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Suspension for alleged misconduct may be a breach of contract

In the recent case of Agoreyo v. London Borough of Lambeth [2017] EWHC 2019 (QB), the High Court has held that suspension as a "knee-jerk" reaction to an allegation of misconduct may in itself be sufficient to breach the implied contractual term of trust and confidence.
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Suspension for alleged misconduct may be a breach of contract

Dr Eva Carneiro – happy ever after in the “tale of two employees”?

Dr Eva Carneiro, the former Chelsea first team doctor, who brought employment tribunal claims of constructive dismissal and sex discrimination against Chelsea and Jose Mourinho (respectively), is understood to have settled her claims for a confidential sum.

The claims settled on day two of the two-week trial, a day on which Dr Carneiro was due to give evidence. In opening submissions given on the first day of the hearing, Chelsea sought to portray Dr Carneiro as publicity hungry, self promoting and money grabbing. It highlighted that Dr Carneiro had already rejected an offer of £1.2 million to settle her claims. It also said that she could not expect to achieve those sums even if she was successful at tribunal. In their opening submissions, Dr Carneiro’s legal team told the tale of the “good employee” who was forced out of “the job of her dreams”, berated, sexually harassed and demoted, by the “bad employee”. They also placed blame firmly with Chelsea, who they said confirmed Dr Carneiro’s demotion and told her to “build bridges” with Mourinho, rather than looking into Mourinho’s conduct.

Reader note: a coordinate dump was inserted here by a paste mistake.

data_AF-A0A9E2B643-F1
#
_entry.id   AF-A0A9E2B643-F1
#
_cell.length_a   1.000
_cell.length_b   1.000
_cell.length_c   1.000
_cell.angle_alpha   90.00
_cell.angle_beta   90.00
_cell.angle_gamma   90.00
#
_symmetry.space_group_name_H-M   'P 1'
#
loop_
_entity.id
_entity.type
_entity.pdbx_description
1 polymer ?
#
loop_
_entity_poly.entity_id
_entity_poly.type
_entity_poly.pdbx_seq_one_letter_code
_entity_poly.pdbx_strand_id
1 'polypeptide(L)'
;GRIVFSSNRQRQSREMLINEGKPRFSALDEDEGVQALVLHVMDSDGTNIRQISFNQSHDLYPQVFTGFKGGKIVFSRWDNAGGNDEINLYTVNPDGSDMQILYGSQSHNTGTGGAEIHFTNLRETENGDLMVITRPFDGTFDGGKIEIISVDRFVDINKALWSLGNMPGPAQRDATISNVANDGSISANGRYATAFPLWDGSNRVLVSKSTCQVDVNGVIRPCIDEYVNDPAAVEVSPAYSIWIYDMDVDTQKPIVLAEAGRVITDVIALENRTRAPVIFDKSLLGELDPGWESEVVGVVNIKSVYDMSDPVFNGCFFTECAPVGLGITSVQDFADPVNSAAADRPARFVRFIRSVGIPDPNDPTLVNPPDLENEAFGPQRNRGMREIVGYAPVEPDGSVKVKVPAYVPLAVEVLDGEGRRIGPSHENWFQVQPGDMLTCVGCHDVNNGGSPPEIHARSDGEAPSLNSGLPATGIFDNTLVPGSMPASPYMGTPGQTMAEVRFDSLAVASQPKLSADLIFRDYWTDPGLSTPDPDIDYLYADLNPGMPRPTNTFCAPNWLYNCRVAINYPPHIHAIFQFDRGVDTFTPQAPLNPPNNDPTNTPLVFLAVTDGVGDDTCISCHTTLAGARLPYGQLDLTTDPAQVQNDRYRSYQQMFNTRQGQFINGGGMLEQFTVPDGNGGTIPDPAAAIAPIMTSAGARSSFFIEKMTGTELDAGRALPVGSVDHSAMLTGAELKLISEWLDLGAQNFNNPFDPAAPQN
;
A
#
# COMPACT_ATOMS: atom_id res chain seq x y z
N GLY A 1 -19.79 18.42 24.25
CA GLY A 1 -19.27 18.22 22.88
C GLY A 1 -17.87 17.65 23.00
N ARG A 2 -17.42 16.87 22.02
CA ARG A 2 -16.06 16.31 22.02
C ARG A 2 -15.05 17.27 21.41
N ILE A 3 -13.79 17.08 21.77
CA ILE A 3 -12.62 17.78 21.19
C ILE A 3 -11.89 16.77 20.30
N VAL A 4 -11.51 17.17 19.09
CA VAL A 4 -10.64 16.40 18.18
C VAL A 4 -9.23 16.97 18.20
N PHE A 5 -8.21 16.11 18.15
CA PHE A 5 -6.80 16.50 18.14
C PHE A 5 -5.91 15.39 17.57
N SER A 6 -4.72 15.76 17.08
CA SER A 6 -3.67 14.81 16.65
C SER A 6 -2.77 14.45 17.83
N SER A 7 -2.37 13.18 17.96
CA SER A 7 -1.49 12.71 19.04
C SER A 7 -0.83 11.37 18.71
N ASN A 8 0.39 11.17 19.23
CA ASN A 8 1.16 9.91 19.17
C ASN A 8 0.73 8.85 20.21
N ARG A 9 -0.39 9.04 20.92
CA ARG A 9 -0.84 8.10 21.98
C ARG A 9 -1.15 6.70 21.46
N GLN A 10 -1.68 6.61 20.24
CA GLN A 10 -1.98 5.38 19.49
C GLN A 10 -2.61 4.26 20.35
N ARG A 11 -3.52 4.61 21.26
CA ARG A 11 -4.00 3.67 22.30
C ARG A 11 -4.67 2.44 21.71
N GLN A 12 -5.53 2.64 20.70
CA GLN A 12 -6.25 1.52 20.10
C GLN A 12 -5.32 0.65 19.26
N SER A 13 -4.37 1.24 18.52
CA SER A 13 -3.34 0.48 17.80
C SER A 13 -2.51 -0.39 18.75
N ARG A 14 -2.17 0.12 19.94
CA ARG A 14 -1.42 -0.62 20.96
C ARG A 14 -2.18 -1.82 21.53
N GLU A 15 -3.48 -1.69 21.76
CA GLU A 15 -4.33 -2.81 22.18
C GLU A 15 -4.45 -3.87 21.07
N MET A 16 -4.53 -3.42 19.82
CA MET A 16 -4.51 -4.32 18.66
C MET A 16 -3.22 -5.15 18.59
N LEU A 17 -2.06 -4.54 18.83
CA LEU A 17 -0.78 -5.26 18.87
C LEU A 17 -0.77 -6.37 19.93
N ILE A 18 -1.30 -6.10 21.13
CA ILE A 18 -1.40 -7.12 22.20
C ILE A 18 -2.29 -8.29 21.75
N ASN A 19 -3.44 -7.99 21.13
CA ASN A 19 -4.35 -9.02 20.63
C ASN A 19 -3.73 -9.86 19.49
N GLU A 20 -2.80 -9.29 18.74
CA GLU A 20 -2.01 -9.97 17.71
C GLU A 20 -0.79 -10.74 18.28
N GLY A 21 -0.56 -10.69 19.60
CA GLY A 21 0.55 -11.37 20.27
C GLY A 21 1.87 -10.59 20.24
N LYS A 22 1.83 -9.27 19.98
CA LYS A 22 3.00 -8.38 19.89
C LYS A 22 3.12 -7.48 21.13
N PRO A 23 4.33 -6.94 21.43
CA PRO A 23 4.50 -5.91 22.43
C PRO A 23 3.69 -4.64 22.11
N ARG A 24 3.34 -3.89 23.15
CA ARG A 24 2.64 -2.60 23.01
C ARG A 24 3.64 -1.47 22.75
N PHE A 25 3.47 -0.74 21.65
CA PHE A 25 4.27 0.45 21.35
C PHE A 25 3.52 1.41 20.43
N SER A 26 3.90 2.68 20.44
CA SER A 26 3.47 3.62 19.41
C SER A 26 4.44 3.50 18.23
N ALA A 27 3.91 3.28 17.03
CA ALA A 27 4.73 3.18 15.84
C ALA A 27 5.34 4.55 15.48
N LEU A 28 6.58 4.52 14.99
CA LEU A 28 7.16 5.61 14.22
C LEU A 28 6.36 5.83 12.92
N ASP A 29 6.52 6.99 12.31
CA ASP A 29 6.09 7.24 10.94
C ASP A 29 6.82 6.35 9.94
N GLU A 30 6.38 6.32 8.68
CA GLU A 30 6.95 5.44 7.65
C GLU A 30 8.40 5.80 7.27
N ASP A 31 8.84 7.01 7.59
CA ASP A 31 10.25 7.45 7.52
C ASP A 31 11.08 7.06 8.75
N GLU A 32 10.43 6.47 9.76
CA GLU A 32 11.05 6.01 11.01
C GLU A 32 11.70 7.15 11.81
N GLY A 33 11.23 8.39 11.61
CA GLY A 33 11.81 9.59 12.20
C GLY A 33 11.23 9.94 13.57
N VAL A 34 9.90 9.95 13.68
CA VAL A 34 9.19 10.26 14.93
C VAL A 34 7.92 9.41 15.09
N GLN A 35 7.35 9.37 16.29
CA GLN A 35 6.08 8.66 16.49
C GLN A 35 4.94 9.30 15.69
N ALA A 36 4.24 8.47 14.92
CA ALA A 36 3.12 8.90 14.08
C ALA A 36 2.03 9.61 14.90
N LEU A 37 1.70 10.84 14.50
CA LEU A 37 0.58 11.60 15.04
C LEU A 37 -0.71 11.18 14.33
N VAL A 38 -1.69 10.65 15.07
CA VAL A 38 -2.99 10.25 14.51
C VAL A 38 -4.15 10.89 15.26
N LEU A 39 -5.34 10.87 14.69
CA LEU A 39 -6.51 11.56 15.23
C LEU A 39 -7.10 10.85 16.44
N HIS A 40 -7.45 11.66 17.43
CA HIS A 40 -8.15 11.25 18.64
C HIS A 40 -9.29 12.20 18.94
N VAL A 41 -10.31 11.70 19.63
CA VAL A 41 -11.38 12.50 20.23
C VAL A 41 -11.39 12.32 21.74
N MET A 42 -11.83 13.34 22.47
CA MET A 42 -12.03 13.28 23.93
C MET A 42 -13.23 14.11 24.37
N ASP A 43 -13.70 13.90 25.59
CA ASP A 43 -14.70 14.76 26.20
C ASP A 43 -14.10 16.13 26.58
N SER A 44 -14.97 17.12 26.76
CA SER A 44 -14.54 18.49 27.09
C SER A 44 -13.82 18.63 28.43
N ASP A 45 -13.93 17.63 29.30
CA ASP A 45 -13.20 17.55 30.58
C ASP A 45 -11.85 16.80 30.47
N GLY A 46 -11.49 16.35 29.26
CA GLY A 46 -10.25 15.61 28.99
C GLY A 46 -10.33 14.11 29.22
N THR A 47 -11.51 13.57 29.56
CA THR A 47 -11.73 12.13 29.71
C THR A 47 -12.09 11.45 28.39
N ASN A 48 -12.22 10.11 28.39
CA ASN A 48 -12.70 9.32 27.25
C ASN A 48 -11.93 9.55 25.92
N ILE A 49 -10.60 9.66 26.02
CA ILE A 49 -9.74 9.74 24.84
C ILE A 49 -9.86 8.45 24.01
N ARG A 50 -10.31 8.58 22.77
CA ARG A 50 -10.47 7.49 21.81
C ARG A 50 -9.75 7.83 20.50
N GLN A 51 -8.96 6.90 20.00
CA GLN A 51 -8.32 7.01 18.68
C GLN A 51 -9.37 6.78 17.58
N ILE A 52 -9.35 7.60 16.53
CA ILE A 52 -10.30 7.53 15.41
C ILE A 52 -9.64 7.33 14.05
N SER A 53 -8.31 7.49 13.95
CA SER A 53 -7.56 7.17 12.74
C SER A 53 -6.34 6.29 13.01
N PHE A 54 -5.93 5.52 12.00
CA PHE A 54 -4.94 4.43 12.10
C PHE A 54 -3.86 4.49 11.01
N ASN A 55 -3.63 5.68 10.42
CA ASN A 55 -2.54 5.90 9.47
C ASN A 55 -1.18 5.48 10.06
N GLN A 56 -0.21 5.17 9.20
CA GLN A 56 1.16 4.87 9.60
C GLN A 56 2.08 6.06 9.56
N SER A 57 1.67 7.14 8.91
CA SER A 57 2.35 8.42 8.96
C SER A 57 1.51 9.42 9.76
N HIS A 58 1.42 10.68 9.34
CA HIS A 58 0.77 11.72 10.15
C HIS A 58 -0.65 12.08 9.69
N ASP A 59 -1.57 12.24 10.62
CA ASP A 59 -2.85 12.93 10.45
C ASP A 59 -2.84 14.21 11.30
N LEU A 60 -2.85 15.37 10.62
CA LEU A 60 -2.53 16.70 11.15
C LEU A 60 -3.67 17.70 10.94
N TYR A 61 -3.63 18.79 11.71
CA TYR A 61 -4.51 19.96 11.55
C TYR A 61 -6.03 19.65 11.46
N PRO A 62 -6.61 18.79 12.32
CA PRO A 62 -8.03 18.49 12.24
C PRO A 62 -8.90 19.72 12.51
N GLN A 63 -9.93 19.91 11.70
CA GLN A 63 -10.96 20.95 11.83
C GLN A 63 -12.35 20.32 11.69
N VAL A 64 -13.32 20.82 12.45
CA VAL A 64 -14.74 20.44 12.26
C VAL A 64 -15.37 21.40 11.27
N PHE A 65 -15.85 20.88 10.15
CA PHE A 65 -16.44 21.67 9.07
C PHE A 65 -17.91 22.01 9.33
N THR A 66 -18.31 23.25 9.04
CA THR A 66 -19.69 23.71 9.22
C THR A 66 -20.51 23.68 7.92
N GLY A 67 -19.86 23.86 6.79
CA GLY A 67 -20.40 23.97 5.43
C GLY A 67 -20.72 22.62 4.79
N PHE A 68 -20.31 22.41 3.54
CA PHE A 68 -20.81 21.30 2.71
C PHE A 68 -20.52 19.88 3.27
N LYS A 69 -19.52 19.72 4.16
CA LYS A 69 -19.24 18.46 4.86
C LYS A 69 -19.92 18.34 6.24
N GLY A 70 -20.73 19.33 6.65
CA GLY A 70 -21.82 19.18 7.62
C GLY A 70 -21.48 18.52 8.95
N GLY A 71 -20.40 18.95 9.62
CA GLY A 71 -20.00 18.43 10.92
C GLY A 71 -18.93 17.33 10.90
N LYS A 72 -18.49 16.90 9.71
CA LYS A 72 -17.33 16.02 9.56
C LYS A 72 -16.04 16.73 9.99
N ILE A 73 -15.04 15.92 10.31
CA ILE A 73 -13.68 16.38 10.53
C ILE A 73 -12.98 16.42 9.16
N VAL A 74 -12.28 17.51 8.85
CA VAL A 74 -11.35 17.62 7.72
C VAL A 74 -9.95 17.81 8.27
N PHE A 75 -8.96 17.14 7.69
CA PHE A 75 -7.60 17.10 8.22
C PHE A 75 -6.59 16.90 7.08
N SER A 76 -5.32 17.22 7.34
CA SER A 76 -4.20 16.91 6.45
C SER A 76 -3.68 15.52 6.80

To succeed with a constructive dismissal claim Dr Carneiro would have needed to show a fundamental breach of her employment contract entitling her to resign and treat herself as dismissed. As well as focusing on the acts and omissions of Chelsea as her employer, Dr Carneiro’s legal team would have undoubtedly argued that Chelsea should have been held vicariously responsible for the acts of Jose Mourinho. These may have included Dr Carneiro’s well publicised allegations that Jose Mourinho called her a “daughter of a whore” in Portuguese.

In support of her claims of sex discrimination and harassment (and in addition to the above statement allegedly made by Jose Mourinho), Dr Carneiro was said to have been relying on a series of “sexist and derogatory” emails and text messages between Jose Mourinho and his backroom staff.

The cap on compensatory awards in unfair dismissal claims is currently £78,962 or 52 weeks’ pay if this is lower. While discrimination complaints are not capped, Dr Carneiro may have recovered more under the terms of a settlement than she would have been awarded at tribunal, had she succeeded with her claims.